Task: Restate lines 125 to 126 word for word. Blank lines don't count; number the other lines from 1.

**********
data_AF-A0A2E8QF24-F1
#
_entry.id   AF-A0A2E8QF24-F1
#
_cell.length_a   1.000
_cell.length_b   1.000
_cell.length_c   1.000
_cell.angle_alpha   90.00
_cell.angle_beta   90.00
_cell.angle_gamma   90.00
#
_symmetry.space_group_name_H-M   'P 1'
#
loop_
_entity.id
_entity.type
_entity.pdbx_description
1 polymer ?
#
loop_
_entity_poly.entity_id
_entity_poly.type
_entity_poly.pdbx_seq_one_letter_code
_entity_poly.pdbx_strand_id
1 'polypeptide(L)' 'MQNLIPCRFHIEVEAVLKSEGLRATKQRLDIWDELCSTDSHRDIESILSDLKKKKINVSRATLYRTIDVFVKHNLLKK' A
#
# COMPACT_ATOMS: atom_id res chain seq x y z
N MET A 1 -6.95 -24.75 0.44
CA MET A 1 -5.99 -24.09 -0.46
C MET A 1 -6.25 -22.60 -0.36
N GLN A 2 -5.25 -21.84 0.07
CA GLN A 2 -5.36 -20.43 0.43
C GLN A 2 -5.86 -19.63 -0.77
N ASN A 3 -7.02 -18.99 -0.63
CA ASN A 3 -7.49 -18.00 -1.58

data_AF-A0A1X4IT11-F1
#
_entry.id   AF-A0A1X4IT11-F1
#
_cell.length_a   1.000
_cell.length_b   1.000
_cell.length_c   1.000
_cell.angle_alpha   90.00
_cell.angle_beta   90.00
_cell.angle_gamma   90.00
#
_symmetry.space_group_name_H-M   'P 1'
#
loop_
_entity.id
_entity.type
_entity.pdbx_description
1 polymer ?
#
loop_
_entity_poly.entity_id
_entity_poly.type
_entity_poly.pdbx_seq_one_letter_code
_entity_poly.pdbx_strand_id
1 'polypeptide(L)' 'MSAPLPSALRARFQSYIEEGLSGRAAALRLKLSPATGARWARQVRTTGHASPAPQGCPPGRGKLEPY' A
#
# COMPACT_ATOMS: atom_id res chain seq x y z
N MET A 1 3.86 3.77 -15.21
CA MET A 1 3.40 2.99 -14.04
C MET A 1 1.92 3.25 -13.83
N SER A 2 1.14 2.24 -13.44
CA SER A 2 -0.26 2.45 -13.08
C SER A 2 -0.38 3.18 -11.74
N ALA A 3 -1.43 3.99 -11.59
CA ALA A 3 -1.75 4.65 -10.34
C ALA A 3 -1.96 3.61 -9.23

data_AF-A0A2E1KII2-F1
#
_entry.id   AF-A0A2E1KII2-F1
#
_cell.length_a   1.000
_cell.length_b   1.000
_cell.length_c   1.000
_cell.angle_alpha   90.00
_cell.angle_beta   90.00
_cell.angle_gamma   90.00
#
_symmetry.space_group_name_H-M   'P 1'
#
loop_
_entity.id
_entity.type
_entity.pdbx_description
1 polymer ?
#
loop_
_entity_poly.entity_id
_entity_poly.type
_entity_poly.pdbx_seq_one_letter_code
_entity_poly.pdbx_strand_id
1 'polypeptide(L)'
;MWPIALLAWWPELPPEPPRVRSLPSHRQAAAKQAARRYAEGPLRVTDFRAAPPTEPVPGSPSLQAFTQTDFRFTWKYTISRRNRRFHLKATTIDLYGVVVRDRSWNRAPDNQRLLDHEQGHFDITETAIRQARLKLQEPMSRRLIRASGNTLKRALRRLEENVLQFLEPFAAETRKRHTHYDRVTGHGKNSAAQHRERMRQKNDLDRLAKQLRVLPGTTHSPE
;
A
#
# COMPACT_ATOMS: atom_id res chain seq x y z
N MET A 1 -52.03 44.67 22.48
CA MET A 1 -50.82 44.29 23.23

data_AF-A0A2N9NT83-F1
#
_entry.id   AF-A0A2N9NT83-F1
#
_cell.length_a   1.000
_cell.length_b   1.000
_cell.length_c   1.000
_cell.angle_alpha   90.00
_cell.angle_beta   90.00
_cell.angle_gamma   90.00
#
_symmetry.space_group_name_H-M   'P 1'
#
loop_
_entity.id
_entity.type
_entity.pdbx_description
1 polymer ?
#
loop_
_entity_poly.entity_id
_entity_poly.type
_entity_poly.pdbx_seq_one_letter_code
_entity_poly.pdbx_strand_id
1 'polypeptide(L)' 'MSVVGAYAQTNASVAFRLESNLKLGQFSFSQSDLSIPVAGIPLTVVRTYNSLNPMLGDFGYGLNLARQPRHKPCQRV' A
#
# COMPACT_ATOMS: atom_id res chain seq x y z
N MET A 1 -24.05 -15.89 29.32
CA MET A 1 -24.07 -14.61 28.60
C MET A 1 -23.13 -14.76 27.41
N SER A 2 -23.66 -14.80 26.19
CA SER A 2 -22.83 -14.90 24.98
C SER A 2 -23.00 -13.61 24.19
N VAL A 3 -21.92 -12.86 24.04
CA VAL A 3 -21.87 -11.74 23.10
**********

_entity_poly.type
_entity_poly.pdbx_seq_one_letter_code